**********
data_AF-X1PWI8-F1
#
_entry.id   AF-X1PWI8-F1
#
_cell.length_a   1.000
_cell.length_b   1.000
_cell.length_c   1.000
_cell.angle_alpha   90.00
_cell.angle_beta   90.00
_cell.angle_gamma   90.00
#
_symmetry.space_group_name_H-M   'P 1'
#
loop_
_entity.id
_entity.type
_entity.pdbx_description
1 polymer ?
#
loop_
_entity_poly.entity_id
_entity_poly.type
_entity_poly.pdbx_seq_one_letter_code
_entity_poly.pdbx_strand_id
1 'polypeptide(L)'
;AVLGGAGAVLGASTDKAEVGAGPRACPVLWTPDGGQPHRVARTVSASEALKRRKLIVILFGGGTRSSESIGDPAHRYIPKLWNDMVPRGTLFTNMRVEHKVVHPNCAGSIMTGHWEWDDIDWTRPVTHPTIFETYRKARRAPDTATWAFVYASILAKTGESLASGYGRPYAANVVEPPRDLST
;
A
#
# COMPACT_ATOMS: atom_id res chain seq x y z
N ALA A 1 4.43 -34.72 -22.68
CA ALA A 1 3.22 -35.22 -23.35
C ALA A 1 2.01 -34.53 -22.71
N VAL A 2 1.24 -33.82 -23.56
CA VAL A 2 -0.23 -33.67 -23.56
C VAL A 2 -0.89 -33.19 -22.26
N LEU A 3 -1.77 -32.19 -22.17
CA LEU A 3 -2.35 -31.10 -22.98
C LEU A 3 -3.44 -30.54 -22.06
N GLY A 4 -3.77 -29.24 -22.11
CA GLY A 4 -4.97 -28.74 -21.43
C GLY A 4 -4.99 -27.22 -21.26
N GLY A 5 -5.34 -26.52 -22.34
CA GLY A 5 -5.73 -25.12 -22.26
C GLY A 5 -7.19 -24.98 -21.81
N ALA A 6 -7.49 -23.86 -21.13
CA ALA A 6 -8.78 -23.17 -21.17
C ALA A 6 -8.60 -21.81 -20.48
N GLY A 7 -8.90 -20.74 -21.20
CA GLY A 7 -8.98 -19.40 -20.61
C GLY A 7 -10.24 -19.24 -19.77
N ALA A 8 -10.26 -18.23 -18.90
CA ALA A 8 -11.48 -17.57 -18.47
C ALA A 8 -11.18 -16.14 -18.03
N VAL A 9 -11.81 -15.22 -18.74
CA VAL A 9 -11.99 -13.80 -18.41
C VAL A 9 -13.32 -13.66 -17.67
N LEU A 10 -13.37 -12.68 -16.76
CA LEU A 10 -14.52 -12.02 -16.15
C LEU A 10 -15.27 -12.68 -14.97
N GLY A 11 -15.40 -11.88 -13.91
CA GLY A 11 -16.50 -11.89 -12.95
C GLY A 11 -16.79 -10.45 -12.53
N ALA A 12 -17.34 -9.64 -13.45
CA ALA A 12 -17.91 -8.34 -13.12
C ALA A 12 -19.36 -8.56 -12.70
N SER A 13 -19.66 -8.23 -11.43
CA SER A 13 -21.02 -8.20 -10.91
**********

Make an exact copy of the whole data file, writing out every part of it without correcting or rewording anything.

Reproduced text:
data_AF-X1PWI8-F1
#
_entry.id   AF-X1PWI8-F1
#
_cell.length_a   1.000
_cell.length_b   1.000
_cell.length_c   1.000
_cell.angle_alpha   90.00
_cell.angle_beta   90.00
_cell.angle_gamma   90.00
#
_symmetry.space_group_name_H-M   'P 1'
#
loop_
_entity.id
_entity.type
_entity.pdbx_description
1 polymer ?
#
loop_
_entity_poly.entity_id
_entity_poly.type
_entity_poly.pdbx_seq_one_letter_code
_entity_poly.pdbx_strand_id
1 'polypeptide(L)'
;AVLGGAGAVLGASTDKAEVGAGPRACPVLWTPDGGQPHRVARTVSASEALKRRKLIVILFGGGTRSSESIGDPAHRYIPKLWNDMVPRGTLFTNMRVEHKVVHPNCAGSIMTGHWEWDDIDWTRPVTHPTIFETYRKARRAPDTATWAFVYASILAKTGESLASGYGRPYAANVVEPPRDLST
;
A
#
# COMPACT_ATOMS: atom_id res chain seq x y z
N ALA A 1 4.43 -34.72 -22.68
CA ALA A 1 3.22 -35.22 -23.35
C ALA A 1 2.01 -34.53 -22.71
N VAL A 2 1.24 -33.82 -23.56
CA VAL A 2 -0.23 -33.67 -23.56
C VAL A 2 -0.89 -33.19 -22.26
N LEU A 3 -1.77 -32.19 -22.17
CA LEU A 3 -2.35 -31.10 -22.98
C LEU A 3 -3.44 -30.54 -22.06
N GLY A 4 -3.77 -29.24 -22.11
CA GLY A 4 -4.97 -28.74 -21.43
C GLY A 4 -4.99 -27.22 -21.26
N GLY A 5 -5.34 -26.52 -22.34
CA GLY A 5 -5.73 -25.12 -22.26
C GLY A 5 -7.19 -24.98 -21.81
N ALA A 6 -7.49 -23.86 -21.13
CA ALA A 6 -8.78 -23.17 -21.17
C ALA A 6 -8.60 -21.81 -20.48
N GLY A 7 -8.90 -20.74 -21.20
CA GLY A 7 -8.98 -19.40 -20.61
C GLY A 7 -10.24 -19.24 -19.77
N ALA A 8 -10.26 -18.23 -18.90
CA ALA A 8 -11.48 -17.57 -18.47
C ALA A 8 -11.18 -16.14 -18.03
N VAL A 9 -11.81 -15.22 -18.74
CA VAL A 9 -11.99 -13.80 -18.41
C VAL A 9 -13.32 -13.66 -17.67
N LEU A 10 -13.37 -12.68 -16.76
CA LEU A 10 -14.52 -12.02 -16.15
C LEU A 10 -15.27 -12.68 -14.97
N GLY A 11 -15.40 -11.88 -13.91
CA GLY A 11 -16.50 -11.89 -12.95
C GLY A 11 -16.79 -10.45 -12.53
N ALA A 12 -17.34 -9.64 -13.45
CA ALA A 12 -17.91 -8.34 -13.12
C ALA A 12 -19.36 -8.56 -12.70
N SER A 13 -19.66 -8.23 -11.43
CA SER A 13 -21.02 -8.20 -10.91